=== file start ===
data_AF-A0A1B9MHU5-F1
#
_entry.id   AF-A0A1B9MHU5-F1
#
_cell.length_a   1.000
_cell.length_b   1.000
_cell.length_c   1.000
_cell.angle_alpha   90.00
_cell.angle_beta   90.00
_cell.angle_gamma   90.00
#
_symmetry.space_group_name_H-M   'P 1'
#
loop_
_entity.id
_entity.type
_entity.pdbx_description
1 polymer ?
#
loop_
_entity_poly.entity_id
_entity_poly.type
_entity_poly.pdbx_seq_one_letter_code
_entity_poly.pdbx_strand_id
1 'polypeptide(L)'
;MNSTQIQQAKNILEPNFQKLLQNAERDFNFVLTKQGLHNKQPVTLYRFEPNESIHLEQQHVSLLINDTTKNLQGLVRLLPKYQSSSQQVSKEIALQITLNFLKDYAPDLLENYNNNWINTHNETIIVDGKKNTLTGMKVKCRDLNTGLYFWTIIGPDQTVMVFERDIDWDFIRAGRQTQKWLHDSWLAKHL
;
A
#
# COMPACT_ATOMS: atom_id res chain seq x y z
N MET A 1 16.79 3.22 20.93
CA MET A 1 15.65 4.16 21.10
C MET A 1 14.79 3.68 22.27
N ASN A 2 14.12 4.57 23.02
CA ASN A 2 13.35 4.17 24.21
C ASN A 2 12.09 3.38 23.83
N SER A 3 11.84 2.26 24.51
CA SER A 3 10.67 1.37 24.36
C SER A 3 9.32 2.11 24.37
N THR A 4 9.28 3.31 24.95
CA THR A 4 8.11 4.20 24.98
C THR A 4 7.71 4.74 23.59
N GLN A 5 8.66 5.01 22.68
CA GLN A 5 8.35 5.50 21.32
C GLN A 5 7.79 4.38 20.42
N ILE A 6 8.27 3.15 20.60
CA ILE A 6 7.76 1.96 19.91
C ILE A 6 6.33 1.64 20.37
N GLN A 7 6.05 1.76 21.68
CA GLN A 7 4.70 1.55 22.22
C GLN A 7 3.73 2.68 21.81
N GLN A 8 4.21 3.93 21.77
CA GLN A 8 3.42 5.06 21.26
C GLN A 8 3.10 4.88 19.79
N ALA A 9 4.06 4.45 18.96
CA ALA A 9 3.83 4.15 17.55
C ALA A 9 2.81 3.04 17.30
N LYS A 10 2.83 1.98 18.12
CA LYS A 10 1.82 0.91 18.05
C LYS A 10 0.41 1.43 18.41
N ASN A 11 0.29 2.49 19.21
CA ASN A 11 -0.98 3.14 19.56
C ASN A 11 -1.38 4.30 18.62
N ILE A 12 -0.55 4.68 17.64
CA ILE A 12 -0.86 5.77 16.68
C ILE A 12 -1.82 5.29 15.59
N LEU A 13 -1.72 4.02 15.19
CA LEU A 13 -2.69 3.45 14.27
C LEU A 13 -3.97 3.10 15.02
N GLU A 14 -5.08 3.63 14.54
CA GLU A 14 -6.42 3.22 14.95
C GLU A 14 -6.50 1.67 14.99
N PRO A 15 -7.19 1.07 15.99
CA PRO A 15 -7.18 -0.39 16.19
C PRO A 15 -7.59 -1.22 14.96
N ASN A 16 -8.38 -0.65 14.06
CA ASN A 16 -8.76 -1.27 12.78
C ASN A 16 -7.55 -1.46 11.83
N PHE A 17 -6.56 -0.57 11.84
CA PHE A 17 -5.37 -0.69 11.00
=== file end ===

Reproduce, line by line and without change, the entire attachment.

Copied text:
data_AF-A0A1B9MHU5-F1
#
_entry.id   AF-A0A1B9MHU5-F1
#
_cell.length_a   1.000
_cell.length_b   1.000
_cell.length_c   1.000
_cell.angle_alpha   90.00
_cell.angle_beta   90.00
_cell.angle_gamma   90.00
#
_symmetry.space_group_name_H-M   'P 1'
#
loop_
_entity.id
_entity.type
_entity.pdbx_description
1 polymer ?
#
loop_
_entity_poly.entity_id
_entity_poly.type
_entity_poly.pdbx_seq_one_letter_code
_entity_poly.pdbx_strand_id
1 'polypeptide(L)'
;MNSTQIQQAKNILEPNFQKLLQNAERDFNFVLTKQGLHNKQPVTLYRFEPNESIHLEQQHVSLLINDTTKNLQGLVRLLPKYQSSSQQVSKEIALQITLNFLKDYAPDLLENYNNNWINTHNETIIVDGKKNTLTGMKVKCRDLNTGLYFWTIIGPDQTVMVFERDIDWDFIRAGRQTQKWLHDSWLAKHL
;
A
#
# COMPACT_ATOMS: atom_id res chain seq x y z
N MET A 1 16.79 3.22 20.93
CA MET A 1 15.65 4.16 21.10
C MET A 1 14.79 3.68 22.27
N ASN A 2 14.12 4.57 23.02
CA ASN A 2 13.35 4.17 24.21
C ASN A 2 12.09 3.38 23.83
N SER A 3 11.84 2.26 24.51
CA SER A 3 10.67 1.37 24.36
C SER A 3 9.32 2.11 24.37
N THR A 4 9.28 3.31 24.95
CA THR A 4 8.11 4.20 24.98
C THR A 4 7.71 4.74 23.59
N GLN A 5 8.66 5.01 22.68
CA GLN A 5 8.35 5.50 21.32
C GLN A 5 7.79 4.38 20.42
N ILE A 6 8.27 3.15 20.60
CA ILE A 6 7.76 1.96 19.91
C ILE A 6 6.33 1.64 20.37
N GLN A 7 6.05 1.76 21.68
CA GLN A 7 4.70 1.55 22.22
C GLN A 7 3.73 2.68 21.81
N GLN A 8 4.21 3.93 21.77
CA GLN A 8 3.42 5.06 21.26
C GLN A 8 3.10 4.88 19.79
N ALA A 9 4.06 4.45 18.96
CA ALA A 9 3.83 4.15 17.55
C ALA A 9 2.81 3.04 17.30
N LYS A 10 2.83 1.98 18.12
CA LYS A 10 1.82 0.91 18.05
C LYS A 10 0.41 1.43 18.41
N ASN A 11 0.29 2.49 19.21
CA ASN A 11 -0.98 3.14 19.56
C ASN A 11 -1.38 4.30 18.62
N ILE A 12 -0.55 4.68 17.64
CA ILE A 12 -0.86 5.77 16.68
C ILE A 12 -1.82 5.29 15.59
N LEU A 13 -1.72 4.02 15.19
CA LEU A 13 -2.69 3.45 14.27
C LEU A 13 -3.97 3.10 15.02
N GLU A 14 -5.08 3.63 14.54
CA GLU A 14 -6.42 3.22 14.95
C GLU A 14 -6.50 1.67 14.99
N PRO A 15 -7.19 1.07 15.99
CA PRO A 15 -7.18 -0.39 16.19
C PRO A 15 -7.59 -1.22 14.96
N ASN A 16 -8.38 -0.65 14.06
CA ASN A 16 -8.76 -1.27 12.78
C ASN A 16 -7.55 -1.46 11.83
N PHE A 17 -6.56 -0.57 11.84
CA PHE A 17 -5.37 -0.69 11.00